“We see bigotry moving at lightning speed across the Internet”, underscored the UN chief, pointing to “intolerance entering mainstream politics – targeting minorities, Muslims, migrants and refugees, and exploiting the anger and anxiety of a changing world”.

“Now more than ever, let us unite in the fight for universal values and build a world of equality for all” concluded the Secretary-General.

For her part, UN High Commissioner for Human Rights Michelle Bachelet highlighted in a message to mark the day, that alongside millions of Jews, “the victims of the Nazi camps included hundreds of thousands of Roma and Sinti people, people with disabilities, homosexuals, prisoners of war, political dissidents and members of Resistance networks from all over occupied Europe.”

Saying that “humanity could never again be the same after this frightful crime”, she spelled out: “We must stand together against this normalization of hatred. We must push back against this slowly rising tide of anti-Semitism, xenophobia and other attempts to deprive specific categories of people of their humanity and rights”.

As part of a week of commemorative activities, a ceremony on Monday in the General Assembly Hall featured first-hand testimony from survivors, memorial prayers, musical elements and words from Sara J. Bloomfield, Director of the United States Holocaust Memorial Museum, who after 18 years, continues working to raise Holocaust awareness, deepen the understanding of its hard-learned lessons, confront denial and advance genocide prevention.

From the Hall, Mr. Guterres drew attention to what he called “the worst anti-Semitic attack in the history of the United States, when 11 worshippers observing Shabbat in Pittsburgh were murdered at the Tree of Life synagogue last October. “We must rise up against rising anti-Semitism”, he stressed.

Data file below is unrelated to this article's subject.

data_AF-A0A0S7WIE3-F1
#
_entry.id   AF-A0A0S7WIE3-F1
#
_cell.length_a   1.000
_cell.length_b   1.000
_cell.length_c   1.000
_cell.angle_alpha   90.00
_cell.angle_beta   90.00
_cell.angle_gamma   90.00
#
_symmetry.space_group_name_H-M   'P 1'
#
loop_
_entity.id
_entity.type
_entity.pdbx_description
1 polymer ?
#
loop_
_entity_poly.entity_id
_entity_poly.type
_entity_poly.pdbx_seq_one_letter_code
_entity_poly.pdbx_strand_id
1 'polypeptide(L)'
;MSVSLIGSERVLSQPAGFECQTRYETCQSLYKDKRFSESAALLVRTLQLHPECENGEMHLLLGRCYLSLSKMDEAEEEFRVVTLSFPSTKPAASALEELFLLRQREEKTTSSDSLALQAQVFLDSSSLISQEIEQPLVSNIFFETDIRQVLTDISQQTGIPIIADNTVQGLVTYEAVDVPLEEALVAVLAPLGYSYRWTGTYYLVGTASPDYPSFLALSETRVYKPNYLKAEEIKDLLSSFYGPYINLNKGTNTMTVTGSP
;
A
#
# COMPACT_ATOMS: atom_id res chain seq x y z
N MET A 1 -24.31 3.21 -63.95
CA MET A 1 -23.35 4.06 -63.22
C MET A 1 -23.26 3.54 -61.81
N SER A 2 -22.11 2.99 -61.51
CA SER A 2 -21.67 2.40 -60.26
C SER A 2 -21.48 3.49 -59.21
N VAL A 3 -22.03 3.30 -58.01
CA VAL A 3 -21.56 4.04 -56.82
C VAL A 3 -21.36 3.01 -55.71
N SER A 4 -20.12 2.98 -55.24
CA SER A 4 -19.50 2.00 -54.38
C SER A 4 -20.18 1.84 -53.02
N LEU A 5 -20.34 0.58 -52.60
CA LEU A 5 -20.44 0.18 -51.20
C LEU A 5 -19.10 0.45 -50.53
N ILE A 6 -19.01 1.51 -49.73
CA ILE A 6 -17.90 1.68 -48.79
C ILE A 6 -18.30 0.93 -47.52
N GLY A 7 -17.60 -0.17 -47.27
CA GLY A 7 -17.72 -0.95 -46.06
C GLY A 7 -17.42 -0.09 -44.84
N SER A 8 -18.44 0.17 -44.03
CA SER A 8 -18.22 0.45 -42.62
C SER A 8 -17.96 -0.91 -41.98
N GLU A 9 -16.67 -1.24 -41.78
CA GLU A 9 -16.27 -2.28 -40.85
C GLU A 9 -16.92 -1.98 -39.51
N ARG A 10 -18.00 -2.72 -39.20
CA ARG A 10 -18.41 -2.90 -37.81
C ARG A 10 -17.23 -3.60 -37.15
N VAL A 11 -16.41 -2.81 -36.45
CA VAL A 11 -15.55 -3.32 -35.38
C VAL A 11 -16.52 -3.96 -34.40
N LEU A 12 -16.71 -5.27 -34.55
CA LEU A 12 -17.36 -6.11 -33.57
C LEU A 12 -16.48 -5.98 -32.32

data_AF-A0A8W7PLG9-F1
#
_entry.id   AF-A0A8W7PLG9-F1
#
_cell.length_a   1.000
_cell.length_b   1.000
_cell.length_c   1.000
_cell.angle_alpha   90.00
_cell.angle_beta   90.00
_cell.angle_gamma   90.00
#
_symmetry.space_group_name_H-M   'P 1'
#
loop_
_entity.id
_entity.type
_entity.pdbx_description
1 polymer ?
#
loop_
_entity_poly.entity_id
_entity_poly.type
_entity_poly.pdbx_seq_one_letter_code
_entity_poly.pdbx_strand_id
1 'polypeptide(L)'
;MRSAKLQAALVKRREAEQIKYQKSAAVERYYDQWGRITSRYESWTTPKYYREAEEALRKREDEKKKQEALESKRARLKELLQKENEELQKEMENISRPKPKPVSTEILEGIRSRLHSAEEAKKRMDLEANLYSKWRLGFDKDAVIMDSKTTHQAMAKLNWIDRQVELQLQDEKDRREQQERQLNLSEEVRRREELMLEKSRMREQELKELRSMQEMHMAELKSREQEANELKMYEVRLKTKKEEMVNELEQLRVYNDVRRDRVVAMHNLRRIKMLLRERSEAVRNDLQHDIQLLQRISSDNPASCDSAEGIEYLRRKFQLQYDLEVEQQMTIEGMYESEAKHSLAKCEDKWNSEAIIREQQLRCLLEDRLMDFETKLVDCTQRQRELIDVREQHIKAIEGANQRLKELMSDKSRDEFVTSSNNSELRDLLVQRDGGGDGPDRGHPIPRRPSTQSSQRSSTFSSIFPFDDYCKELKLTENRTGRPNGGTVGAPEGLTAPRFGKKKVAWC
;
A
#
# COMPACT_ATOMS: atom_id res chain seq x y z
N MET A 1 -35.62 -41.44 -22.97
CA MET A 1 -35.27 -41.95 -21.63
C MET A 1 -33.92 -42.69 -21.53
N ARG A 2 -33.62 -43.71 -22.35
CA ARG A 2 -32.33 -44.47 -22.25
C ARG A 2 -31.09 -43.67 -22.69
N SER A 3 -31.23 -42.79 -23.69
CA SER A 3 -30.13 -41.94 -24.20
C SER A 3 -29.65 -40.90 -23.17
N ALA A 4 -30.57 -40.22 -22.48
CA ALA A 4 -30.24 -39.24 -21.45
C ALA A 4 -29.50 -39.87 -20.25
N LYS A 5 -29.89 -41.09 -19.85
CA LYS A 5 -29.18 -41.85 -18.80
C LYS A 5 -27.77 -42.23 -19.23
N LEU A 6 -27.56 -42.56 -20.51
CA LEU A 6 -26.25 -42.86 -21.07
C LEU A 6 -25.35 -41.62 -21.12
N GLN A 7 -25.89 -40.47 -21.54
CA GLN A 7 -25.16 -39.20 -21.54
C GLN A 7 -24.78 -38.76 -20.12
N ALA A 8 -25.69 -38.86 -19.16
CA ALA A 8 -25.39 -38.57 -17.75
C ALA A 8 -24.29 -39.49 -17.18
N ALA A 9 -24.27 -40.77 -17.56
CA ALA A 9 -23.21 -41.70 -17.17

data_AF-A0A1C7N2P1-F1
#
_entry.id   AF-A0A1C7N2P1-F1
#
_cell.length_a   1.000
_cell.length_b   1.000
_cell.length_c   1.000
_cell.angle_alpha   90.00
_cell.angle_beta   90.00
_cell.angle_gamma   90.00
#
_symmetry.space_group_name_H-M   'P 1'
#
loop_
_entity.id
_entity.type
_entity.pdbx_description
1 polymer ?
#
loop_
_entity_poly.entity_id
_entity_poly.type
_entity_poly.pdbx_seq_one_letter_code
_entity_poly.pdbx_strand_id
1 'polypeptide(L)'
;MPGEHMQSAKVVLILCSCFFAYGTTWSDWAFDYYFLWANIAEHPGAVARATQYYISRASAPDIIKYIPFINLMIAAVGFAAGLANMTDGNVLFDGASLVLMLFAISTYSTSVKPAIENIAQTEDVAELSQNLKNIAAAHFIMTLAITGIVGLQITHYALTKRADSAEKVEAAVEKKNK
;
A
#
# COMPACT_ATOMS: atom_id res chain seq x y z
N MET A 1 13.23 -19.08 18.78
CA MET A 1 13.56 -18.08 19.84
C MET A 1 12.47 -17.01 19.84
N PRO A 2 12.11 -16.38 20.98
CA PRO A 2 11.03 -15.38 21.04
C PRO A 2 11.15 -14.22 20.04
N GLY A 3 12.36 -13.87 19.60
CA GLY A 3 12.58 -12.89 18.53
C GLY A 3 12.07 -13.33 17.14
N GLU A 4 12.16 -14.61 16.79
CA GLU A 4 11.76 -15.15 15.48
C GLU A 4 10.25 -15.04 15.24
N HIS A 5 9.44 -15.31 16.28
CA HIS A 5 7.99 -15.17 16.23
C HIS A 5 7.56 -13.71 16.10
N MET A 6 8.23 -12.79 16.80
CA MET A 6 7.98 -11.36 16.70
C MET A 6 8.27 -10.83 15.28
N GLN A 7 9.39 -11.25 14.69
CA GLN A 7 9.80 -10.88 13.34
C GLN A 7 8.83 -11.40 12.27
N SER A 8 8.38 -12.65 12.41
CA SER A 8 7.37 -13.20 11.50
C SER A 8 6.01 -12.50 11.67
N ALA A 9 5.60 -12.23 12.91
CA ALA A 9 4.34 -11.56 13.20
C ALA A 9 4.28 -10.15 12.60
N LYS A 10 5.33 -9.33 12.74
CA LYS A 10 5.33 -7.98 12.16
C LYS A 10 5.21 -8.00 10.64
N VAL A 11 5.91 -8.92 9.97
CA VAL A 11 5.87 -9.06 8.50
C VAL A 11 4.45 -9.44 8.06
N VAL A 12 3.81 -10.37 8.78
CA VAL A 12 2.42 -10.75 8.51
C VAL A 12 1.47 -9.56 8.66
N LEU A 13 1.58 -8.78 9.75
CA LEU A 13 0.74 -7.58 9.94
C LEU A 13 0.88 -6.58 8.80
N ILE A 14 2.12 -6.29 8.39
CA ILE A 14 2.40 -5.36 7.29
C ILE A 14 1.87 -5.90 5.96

In other events, an exhibition called “Beyond Duty: Diplomats Recognized as Righteous Among the Nations”, shared the unique stories of the diplomats who, serving under Nazi regimes, saved Jewish lives by providing passports, visas and travel permits for their escape.

“Only through multilateral action and cooperation can we move closer to achieving a world of safety and dignity for all people, everywhere”, Mr. Guterres said at the launch.

A presentation on a lesser-known chapter from Holocaust’s history about the haven some Jewish refugees fleeing Europe found in India was scheduled as part of the day’s events, and a second exhibition of photographs called “Bracha. A Blessing. Back to Polish Shtetls”, was unveiled, documenting the journeys taken by Jewish descendants from Poland, back to their birthplaces, to pay homage to the culture and heritage they were forced to leave behind in the form synagogues, graveyards and the graves of Tzadikim, or “the righteous people”.

For a full list of events, please click here and for some useful historical background, go here.

UN Photo/Loey Felipe
Participants at the 2019 United Nations Holocaust Remembrance Ceremony.